The burden of this increased number of SKUs is not just on distributors and stores. While the number of beer industry SKUs has increased 244% since 2008, total US beer production has actually fallen 3.3% over the same period, from 213%. 3 million barrels to 206.3 million. While it is true that craft beer production nearly tripled during this period – from 8.4 million barrels to 22.2 million in 2014 – and the number of breweries has grown from 1,500 to over 4 000, there is a catch.
According to data from IRI, a Chicago-based market research company, 48.85% of all craft beer sales came from the top 10 brands alone: Samuel Adams, Sierra Nevada, New Belgium, Shiner, Lagunitas, Small Town (not your father’s brands), Deschutes, Stone, Goose Island and Bells. A whopping 62% come from the top 20.
While a few of IRI’s Top 20 wouldn’t fit the Brewer’s Association’s definition of a craft brewer, BA’s Watson did not dispute that point. In fact, he noted that “regional breweries” – which the Brewers Association says can produce up to 6 million barrels – produced around 79% of the total volume of craft beer in 2014, while they accounted for only 135 of the 3,418 craft breweries.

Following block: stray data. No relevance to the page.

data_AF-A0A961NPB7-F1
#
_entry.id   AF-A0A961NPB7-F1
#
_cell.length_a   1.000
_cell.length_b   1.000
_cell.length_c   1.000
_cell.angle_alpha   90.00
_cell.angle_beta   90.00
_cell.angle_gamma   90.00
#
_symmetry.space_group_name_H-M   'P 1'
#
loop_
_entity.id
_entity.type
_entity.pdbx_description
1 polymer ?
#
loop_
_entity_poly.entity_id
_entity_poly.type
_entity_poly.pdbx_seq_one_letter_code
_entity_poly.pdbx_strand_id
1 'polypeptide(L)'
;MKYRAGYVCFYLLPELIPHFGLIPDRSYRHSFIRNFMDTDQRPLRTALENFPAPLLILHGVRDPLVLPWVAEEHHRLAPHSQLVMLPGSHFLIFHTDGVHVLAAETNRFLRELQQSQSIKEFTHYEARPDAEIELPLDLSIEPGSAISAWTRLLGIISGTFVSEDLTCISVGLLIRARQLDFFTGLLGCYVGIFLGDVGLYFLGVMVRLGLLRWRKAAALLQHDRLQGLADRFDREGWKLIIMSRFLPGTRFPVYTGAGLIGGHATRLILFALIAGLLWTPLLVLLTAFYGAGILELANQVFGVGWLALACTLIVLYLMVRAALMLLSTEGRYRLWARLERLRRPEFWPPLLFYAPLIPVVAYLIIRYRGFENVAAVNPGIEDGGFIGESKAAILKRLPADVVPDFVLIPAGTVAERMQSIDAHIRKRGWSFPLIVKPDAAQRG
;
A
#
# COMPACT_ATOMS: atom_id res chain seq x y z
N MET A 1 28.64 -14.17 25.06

“I certainly think the 80-20 rule still applies, when there are a small number of SKUs that make up the vast majority of the volume,” he says. “There are only 150 to 160 regional, maybe a little more this year, and they produce the vast majority of the volume, so their SKUs will be the source of the majority of the volume. The flip side is when you look at offsite SKUs; the vast majority of them are quite small, and while they add a lot of volume when you put them all together, in their home markets they’re still small brands.
Overall, it’s not such a bad thing. Despite all of the (OK, our) concerns about an impending #SKUpocalypse, Watson notes that small brewer SKUs tend to be more locally targeted, which fits in well with the interests of beer drinkers. As Nielsen noted last year, 56% of beer drinkers think the “craft” is small and local. On top of that, while only 45% of beer drinkers think it is important that their beer be brewed locally, 53% of drinkers aged 21 to 34 think so. Among craft beer drinkers, this sentiment resonates with 52% of all drinkers and 55% of young drinkers.